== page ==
Volume 26 (2015) / Issue 1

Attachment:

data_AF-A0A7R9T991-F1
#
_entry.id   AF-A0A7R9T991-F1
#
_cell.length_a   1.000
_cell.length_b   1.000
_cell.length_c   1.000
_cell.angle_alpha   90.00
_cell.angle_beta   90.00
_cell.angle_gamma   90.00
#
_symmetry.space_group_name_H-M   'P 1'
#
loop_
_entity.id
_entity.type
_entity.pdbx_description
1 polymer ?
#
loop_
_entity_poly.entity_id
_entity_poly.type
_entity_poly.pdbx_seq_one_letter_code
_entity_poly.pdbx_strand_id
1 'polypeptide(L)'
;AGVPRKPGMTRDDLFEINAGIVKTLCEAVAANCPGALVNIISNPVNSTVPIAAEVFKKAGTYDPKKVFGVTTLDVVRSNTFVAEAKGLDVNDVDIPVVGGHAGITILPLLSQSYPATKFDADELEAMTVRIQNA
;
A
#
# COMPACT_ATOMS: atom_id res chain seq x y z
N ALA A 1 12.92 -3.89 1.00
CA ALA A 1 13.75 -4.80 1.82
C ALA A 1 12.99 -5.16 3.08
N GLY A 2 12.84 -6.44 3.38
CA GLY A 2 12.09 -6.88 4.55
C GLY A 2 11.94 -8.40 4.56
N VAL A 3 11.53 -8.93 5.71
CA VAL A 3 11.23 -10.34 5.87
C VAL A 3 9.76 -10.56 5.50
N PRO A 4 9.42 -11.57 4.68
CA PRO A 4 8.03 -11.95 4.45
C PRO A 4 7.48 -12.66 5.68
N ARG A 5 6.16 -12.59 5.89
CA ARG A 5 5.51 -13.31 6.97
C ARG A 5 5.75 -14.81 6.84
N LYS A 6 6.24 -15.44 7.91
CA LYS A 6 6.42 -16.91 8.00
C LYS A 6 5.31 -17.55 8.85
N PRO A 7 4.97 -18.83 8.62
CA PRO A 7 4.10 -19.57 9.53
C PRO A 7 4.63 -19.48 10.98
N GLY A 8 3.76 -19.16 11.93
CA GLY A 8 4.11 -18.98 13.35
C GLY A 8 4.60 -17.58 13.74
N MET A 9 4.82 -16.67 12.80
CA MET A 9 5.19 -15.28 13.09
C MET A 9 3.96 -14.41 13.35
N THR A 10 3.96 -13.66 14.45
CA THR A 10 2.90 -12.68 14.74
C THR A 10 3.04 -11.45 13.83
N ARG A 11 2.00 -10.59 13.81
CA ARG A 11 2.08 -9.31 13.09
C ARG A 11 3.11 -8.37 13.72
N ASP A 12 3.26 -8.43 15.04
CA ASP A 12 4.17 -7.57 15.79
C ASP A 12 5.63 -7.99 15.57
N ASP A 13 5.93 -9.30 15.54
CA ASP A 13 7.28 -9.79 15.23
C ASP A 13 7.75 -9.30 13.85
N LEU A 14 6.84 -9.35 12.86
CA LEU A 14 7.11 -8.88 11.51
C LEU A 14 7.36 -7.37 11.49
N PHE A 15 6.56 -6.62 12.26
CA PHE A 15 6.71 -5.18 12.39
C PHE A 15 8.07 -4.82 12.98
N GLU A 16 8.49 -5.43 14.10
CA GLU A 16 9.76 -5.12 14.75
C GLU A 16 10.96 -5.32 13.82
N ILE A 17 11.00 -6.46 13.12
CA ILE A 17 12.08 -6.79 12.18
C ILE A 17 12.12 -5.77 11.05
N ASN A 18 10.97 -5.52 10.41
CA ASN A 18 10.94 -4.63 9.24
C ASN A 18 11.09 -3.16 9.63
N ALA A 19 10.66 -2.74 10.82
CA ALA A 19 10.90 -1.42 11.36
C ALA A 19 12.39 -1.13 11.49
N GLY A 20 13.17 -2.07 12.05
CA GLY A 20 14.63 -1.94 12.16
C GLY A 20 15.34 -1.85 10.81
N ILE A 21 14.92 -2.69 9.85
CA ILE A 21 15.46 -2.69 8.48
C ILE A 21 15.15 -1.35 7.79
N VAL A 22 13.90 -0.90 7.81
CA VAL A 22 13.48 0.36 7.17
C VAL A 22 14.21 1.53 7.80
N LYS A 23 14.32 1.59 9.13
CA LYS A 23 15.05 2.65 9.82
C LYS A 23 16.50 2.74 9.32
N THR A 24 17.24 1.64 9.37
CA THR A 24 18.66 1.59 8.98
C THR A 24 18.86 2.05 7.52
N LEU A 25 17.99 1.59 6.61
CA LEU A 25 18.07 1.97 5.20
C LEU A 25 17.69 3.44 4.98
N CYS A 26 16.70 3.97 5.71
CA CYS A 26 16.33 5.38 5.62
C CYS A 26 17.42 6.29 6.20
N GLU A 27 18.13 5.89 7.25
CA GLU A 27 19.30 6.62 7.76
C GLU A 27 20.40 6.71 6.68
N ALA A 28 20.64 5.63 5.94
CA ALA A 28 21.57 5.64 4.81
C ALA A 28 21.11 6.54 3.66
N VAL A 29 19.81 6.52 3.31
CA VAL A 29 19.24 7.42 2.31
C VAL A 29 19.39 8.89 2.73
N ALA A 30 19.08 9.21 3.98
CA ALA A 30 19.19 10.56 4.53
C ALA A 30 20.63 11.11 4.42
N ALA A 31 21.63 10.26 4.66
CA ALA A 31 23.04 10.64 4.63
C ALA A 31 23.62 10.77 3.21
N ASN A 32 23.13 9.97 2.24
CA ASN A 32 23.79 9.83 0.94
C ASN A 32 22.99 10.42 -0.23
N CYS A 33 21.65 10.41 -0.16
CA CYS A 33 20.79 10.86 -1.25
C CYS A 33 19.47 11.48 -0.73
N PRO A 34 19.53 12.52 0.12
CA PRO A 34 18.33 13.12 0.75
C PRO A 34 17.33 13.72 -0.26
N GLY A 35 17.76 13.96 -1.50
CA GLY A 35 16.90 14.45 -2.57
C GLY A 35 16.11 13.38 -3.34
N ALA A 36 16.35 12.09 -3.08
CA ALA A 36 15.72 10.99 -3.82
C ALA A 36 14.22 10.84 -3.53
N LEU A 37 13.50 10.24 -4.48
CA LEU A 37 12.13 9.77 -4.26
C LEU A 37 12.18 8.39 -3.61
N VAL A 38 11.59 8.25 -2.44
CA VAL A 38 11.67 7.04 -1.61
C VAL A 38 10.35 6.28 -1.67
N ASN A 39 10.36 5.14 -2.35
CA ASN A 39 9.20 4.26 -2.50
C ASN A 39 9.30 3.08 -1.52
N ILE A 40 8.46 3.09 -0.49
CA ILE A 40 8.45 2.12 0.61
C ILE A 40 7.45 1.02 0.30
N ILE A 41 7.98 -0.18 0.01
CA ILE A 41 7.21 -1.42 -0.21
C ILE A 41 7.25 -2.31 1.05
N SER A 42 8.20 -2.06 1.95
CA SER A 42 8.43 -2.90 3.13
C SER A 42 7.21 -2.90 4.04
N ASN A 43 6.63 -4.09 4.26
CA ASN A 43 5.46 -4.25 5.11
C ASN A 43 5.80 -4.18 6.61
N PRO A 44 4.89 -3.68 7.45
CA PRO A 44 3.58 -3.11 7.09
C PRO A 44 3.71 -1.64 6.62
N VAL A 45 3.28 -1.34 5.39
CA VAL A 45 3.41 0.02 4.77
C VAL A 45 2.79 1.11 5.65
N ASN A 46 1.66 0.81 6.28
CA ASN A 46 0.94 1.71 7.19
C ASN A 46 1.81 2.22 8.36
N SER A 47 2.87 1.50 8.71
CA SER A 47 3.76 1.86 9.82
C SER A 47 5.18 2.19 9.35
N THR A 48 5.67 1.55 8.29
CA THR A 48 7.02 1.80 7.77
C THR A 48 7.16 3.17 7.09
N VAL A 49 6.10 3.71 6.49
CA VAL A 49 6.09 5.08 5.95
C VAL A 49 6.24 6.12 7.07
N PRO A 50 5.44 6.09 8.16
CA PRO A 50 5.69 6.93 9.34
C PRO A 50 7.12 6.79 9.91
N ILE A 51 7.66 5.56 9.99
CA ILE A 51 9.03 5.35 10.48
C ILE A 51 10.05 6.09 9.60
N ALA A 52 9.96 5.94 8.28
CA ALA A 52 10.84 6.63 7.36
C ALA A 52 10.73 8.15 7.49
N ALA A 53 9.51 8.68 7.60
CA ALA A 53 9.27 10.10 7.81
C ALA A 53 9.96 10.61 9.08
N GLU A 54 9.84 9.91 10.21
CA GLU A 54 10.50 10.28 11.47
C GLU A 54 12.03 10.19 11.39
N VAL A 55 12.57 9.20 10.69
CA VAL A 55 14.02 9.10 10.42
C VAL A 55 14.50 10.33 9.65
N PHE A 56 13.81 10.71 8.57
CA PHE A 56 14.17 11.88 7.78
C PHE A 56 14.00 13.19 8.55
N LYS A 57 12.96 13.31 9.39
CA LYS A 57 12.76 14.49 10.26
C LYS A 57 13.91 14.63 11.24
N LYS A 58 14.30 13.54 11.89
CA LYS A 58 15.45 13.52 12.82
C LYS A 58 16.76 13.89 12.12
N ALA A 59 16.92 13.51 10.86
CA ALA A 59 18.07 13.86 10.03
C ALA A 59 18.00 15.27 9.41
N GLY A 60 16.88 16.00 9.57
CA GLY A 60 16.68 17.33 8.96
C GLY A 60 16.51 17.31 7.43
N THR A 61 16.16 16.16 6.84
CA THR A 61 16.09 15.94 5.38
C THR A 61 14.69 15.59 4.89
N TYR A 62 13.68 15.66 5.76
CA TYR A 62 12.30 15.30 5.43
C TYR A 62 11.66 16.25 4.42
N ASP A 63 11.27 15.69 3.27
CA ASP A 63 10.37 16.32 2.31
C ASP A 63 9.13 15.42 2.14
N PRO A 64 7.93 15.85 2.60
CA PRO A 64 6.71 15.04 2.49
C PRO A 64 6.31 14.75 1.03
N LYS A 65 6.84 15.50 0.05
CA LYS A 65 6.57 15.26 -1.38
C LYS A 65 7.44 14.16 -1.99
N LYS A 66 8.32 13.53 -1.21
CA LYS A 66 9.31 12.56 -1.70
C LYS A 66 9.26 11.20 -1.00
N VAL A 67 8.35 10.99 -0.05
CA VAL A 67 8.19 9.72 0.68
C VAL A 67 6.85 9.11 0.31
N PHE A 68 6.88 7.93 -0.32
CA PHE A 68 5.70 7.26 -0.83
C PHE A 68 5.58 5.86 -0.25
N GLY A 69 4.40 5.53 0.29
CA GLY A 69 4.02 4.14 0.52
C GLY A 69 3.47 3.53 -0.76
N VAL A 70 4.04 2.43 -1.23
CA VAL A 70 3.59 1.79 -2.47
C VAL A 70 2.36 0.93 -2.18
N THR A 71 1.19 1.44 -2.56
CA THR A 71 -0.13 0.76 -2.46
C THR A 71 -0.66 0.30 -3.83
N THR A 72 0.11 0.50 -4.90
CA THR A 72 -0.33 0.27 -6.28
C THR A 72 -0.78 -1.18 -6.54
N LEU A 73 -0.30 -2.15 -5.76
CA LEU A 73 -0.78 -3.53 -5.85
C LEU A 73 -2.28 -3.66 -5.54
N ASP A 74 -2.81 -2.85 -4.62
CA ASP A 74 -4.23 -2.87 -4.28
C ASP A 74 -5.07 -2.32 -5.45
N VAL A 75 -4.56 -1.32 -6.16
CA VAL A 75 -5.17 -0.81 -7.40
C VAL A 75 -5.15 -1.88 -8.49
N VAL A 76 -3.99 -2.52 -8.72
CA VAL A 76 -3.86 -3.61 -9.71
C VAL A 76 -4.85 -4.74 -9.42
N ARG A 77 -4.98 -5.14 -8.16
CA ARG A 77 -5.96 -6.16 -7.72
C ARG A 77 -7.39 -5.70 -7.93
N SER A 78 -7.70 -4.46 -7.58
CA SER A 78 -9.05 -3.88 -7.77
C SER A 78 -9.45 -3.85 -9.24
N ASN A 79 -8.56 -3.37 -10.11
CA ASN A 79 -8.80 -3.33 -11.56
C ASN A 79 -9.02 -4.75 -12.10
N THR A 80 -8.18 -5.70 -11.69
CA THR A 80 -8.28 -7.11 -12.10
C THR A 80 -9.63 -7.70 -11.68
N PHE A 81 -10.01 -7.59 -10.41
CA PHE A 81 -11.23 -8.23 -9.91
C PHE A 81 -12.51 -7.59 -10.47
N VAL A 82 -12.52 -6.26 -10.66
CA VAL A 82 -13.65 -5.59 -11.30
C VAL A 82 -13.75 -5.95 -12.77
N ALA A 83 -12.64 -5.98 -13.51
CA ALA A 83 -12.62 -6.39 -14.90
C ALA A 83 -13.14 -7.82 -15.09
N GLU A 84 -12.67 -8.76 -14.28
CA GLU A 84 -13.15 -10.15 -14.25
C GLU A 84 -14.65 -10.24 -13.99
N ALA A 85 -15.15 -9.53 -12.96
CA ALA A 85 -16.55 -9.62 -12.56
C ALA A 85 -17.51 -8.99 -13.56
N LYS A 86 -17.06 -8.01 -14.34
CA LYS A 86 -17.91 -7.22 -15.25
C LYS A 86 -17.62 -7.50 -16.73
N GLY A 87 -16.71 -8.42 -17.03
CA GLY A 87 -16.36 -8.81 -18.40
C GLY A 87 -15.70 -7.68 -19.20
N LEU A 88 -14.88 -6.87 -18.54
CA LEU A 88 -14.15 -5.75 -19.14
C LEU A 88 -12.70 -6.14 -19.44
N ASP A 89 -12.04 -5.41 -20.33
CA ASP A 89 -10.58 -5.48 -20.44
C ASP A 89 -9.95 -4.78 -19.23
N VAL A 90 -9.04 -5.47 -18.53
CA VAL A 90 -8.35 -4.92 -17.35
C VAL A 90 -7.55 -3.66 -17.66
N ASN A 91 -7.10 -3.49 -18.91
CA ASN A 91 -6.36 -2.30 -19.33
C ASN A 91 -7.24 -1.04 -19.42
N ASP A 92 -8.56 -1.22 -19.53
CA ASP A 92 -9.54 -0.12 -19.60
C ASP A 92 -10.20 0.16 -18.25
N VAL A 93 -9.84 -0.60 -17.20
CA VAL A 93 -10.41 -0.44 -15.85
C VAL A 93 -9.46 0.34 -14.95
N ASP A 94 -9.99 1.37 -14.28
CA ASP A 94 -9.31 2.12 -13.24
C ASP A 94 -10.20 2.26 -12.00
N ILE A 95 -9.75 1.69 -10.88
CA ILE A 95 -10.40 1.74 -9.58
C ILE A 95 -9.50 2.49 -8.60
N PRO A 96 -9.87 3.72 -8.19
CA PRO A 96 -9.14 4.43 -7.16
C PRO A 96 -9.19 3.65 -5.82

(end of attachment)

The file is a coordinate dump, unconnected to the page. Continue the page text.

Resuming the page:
The focus of this paper is the impact of corporate governance on the way in which corporations handle their environmental obligations. It is noted that the current relationship between corporations and the environment is unsatisfactory, drawing on levels of climate pollution and disasters such as the Tafigura to demonstrate the fact. Possible methods through which corporate governance can be used to address environmental issues are explored. The neo-liberal bent of current supervisor standards, in particular the World Bank's country assessment and OECD's guidelines emphasis on shareholder interests, is highlighted. It is argued that the current capitalist models fails to take adequate account of environmental concerns. The paper compares of UK and Albanian approaches to the regulations of directors' duties, as a reflection on the corporate governance policy of these jurisdictions. The ability of shareholders to protect and enforce corporate and environmental interests against directors who mismanage the corporation under both systems in considered. The paper concludes that the adoption by Albania of laws allowing for the lifting of corporate veils for companies acting internationally represents a significant advantage for minority stakeholders, including the environmental lobby, to ensure corporate responsibility.
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